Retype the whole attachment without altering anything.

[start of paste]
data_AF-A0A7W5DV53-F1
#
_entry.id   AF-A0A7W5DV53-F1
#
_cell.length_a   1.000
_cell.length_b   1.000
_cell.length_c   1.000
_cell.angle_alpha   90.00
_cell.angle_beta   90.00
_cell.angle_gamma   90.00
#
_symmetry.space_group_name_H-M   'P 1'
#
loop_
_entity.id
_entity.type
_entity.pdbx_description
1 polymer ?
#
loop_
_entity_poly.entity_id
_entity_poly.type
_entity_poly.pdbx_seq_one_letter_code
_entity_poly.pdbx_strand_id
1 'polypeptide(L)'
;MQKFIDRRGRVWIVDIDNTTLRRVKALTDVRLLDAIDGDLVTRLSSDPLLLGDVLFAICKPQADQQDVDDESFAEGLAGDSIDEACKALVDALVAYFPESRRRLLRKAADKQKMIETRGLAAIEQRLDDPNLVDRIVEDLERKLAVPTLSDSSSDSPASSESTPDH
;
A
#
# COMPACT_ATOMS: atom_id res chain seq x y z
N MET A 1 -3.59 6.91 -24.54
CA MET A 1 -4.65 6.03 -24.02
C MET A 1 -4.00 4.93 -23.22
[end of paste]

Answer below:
data_AF-A0A7W5DV53-F1
#
_entry.id   AF-A0A7W5DV53-F1
#
_cell.length_a   1.000
_cell.length_b   1.000
_cell.length_c   1.000
_cell.angle_alpha   90.00
_cell.angle_beta   90.00
_cell.angle_gamma   90.00
#
_symmetry.space_group_name_H-M   'P 1'
#
loop_
_entity.id
_entity.type
_entity.pdbx_description
1 polymer ?
#
loop_
_entity_poly.entity_id
_entity_poly.type
_entity_poly.pdbx_seq_one_letter_code
_entity_poly.pdbx_strand_id
1 'polypeptide(L)'
;MQKFIDRRGRVWIVDIDNTTLRRVKALTDVRLLDAIDGDLVTRLSSDPLLLGDVLFAICKPQADQQDVDDESFAEGLAGDSIDEACKALVDALVAYFPESRRRLLRKAADKQKMIETRGLAAIEQRLDDPNLVDRIVEDLERKLAVPTLSDSSSDSPASSESTPDH
;
A
#
# COMPACT_ATOMS: atom_id res chain seq x y z
N MET A 1 -3.59 6.91 -24.54
CA MET A 1 -4.65 6.03 -24.02
C MET A 1 -4.00 4.93 -23.22